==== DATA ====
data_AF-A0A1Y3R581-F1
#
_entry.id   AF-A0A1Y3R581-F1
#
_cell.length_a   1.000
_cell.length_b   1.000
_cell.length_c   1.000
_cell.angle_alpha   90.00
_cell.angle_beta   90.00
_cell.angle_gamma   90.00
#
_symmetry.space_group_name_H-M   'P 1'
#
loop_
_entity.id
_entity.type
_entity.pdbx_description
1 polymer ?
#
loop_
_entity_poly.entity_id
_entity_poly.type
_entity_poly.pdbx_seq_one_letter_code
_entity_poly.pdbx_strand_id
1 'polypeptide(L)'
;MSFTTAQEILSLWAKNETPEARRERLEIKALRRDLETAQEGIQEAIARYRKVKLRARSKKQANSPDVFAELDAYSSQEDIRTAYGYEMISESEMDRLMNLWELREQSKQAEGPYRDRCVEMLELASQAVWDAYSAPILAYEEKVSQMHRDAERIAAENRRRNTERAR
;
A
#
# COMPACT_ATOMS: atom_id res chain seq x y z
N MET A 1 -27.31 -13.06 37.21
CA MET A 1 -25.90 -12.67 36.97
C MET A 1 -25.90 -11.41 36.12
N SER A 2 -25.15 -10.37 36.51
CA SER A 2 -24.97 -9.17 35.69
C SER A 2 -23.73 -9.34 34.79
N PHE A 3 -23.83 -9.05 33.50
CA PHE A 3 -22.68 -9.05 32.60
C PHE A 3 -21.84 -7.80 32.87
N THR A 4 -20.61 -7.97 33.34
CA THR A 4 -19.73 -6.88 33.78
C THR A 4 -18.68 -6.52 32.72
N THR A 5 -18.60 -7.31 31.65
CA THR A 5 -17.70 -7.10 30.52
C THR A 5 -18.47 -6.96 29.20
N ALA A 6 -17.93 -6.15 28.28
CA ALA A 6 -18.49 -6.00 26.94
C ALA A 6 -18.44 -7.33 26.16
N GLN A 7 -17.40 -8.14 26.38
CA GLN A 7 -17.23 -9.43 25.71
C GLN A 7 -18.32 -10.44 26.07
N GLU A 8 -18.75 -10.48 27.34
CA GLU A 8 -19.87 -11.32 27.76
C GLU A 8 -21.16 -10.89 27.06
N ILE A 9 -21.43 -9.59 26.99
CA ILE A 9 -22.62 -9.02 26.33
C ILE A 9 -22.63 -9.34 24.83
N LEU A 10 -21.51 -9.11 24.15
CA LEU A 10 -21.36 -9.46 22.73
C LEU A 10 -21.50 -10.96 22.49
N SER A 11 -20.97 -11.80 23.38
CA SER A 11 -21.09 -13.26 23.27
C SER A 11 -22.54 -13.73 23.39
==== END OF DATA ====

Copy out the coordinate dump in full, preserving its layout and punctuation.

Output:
data_AF-A0A1Y3R581-F1
#
_entry.id   AF-A0A1Y3R581-F1
#
_cell.length_a   1.000
_cell.length_b   1.000
_cell.length_c   1.000
_cell.angle_alpha   90.00
_cell.angle_beta   90.00
_cell.angle_gamma   90.00
#
_symmetry.space_group_name_H-M   'P 1'
#
loop_
_entity.id
_entity.type
_entity.pdbx_description
1 polymer ?
#
loop_
_entity_poly.entity_id
_entity_poly.type
_entity_poly.pdbx_seq_one_letter_code
_entity_poly.pdbx_strand_id
1 'polypeptide(L)'
;MSFTTAQEILSLWAKNETPEARRERLEIKALRRDLETAQEGIQEAIARYRKVKLRARSKKQANSPDVFAELDAYSSQEDIRTAYGYEMISESEMDRLMNLWELREQSKQAEGPYRDRCVEMLELASQAVWDAYSAPILAYEEKVSQMHRDAERIAAENRRRNTERAR
;
A
#
# COMPACT_ATOMS: atom_id res chain seq x y z
N MET A 1 -27.31 -13.06 37.21
CA MET A 1 -25.90 -12.67 36.97
C MET A 1 -25.90 -11.41 36.12
N SER A 2 -25.15 -10.37 36.51
CA SER A 2 -24.97 -9.17 35.69
C SER A 2 -23.73 -9.34 34.79
N PHE A 3 -23.83 -9.05 33.50
CA PHE A 3 -22.68 -9.05 32.60
C PHE A 3 -21.84 -7.80 32.87
N THR A 4 -20.61 -7.97 33.34
CA THR A 4 -19.73 -6.88 33.78
C THR A 4 -18.68 -6.52 32.72
N THR A 5 -18.60 -7.31 31.65
CA THR A 5 -17.70 -7.10 30.52
C THR A 5 -18.47 -6.96 29.20
N ALA A 6 -17.93 -6.15 28.28
CA ALA A 6 -18.49 -6.00 26.94
C ALA A 6 -18.44 -7.33 26.16
N GLN A 7 -17.40 -8.14 26.38
CA GLN A 7 -17.23 -9.43 25.71
C GLN A 7 -18.32 -10.44 26.07
N GLU A 8 -18.75 -10.48 27.34
CA GLU A 8 -19.87 -11.32 27.76
C GLU A 8 -21.16 -10.89 27.06
N ILE A 9 -21.43 -9.59 26.99
CA ILE A 9 -22.62 -9.02 26.33
C ILE A 9 -22.63 -9.34 24.83
N LEU A 10 -21.51 -9.11 24.15
CA LEU A 10 -21.36 -9.46 22.73
C LEU A 10 -21.50 -10.96 22.49
N SER A 11 -20.97 -11.80 23.38
CA SER A 11 -21.09 -13.26 23.27
C SER A 11 -22.54 -13.73 23.39